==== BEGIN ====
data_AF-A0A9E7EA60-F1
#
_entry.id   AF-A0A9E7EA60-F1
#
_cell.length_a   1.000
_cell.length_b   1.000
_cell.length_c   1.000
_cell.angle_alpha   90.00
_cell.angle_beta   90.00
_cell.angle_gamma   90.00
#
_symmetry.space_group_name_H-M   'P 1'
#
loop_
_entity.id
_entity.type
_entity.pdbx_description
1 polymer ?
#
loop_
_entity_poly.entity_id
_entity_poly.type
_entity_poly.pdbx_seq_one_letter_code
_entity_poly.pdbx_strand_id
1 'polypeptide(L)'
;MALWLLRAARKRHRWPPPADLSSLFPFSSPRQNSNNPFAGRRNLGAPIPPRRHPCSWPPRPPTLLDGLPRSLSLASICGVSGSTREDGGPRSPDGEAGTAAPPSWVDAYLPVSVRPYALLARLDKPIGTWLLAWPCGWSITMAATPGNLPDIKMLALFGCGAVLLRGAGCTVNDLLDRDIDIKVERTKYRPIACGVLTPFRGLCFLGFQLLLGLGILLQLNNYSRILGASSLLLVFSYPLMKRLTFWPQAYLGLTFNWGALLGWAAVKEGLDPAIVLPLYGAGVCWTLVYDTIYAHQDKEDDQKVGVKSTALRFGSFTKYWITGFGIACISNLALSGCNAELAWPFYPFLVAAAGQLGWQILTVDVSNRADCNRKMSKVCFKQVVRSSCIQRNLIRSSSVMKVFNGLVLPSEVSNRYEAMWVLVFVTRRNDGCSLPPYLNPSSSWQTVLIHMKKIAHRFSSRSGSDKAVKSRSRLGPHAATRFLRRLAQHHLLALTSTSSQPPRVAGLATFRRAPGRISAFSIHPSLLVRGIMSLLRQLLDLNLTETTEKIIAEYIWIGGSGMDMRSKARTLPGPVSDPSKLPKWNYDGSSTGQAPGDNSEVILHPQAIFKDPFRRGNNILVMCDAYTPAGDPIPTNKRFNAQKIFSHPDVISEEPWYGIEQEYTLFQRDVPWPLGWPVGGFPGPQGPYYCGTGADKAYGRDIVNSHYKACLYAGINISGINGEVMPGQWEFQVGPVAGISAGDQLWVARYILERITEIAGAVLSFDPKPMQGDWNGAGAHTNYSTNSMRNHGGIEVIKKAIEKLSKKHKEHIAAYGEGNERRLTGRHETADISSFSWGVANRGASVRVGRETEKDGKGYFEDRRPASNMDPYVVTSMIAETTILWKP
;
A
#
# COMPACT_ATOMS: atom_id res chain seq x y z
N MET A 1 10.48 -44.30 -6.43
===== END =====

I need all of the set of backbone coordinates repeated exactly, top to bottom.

data_AF-A0A9E7EA60-F1
#
_entry.id   AF-A0A9E7EA60-F1
#
_cell.length_a   1.000
_cell.length_b   1.000
_cell.length_c   1.000
_cell.angle_alpha   90.00
_cell.angle_beta   90.00
_cell.angle_gamma   90.00
#
_symmetry.space_group_name_H-M   'P 1'
#
loop_
_entity.id
_entity.type
_entity.pdbx_description
1 polymer ?
#
loop_
_entity_poly.entity_id
_entity_poly.type
_entity_poly.pdbx_seq_one_letter_code
_entity_poly.pdbx_strand_id
1 'polypeptide(L)'
;MALWLLRAARKRHRWPPPADLSSLFPFSSPRQNSNNPFAGRRNLGAPIPPRRHPCSWPPRPPTLLDGLPRSLSLASICGVSGSTREDGGPRSPDGEAGTAAPPSWVDAYLPVSVRPYALLARLDKPIGTWLLAWPCGWSITMAATPGNLPDIKMLALFGCGAVLLRGAGCTVNDLLDRDIDIKVERTKYRPIACGVLTPFRGLCFLGFQLLLGLGILLQLNNYSRILGASSLLLVFSYPLMKRLTFWPQAYLGLTFNWGALLGWAAVKEGLDPAIVLPLYGAGVCWTLVYDTIYAHQDKEDDQKVGVKSTALRFGSFTKYWITGFGIACISNLALSGCNAELAWPFYPFLVAAAGQLGWQILTVDVSNRADCNRKMSKVCFKQVVRSSCIQRNLIRSSSVMKVFNGLVLPSEVSNRYEAMWVLVFVTRRNDGCSLPPYLNPSSSWQTVLIHMKKIAHRFSSRSGSDKAVKSRSRLGPHAATRFLRRLAQHHLLALTSTSSQPPRVAGLATFRRAPGRISAFSIHPSLLVRGIMSLLRQLLDLNLTETTEKIIAEYIWIGGSGMDMRSKARTLPGPVSDPSKLPKWNYDGSSTGQAPGDNSEVILHPQAIFKDPFRRGNNILVMCDAYTPAGDPIPTNKRFNAQKIFSHPDVISEEPWYGIEQEYTLFQRDVPWPLGWPVGGFPGPQGPYYCGTGADKAYGRDIVNSHYKACLYAGINISGINGEVMPGQWEFQVGPVAGISAGDQLWVARYILERITEIAGAVLSFDPKPMQGDWNGAGAHTNYSTNSMRNHGGIEVIKKAIEKLSKKHKEHIAAYGEGNERRLTGRHETADISSFSWGVANRGASVRVGRETEKDGKGYFEDRRPASNMDPYVVTSMIAETTILWKP
;
A
#
# COMPACT_ATOMS: atom_id res chain seq x y z
N MET A 1 10.48 -44.30 -6.43